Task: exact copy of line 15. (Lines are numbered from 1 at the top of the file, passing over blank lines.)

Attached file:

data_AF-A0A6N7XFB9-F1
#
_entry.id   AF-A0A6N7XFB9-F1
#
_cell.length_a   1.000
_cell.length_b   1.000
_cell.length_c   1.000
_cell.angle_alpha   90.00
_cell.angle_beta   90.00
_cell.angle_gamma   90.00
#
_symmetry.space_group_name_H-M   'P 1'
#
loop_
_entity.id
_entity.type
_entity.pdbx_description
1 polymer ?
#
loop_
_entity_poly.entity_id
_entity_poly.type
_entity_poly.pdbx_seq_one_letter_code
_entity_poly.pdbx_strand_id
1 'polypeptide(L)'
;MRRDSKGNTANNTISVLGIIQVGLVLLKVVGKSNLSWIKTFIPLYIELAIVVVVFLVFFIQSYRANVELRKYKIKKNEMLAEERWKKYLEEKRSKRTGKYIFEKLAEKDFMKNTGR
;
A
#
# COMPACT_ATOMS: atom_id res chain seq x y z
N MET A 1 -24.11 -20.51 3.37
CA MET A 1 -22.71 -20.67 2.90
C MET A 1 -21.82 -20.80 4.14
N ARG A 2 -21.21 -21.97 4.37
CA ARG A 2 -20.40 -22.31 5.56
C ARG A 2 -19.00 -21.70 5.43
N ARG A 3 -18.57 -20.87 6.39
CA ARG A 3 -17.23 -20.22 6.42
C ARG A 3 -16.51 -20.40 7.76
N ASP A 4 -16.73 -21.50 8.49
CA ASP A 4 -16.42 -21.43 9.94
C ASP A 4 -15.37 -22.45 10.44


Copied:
_entity.id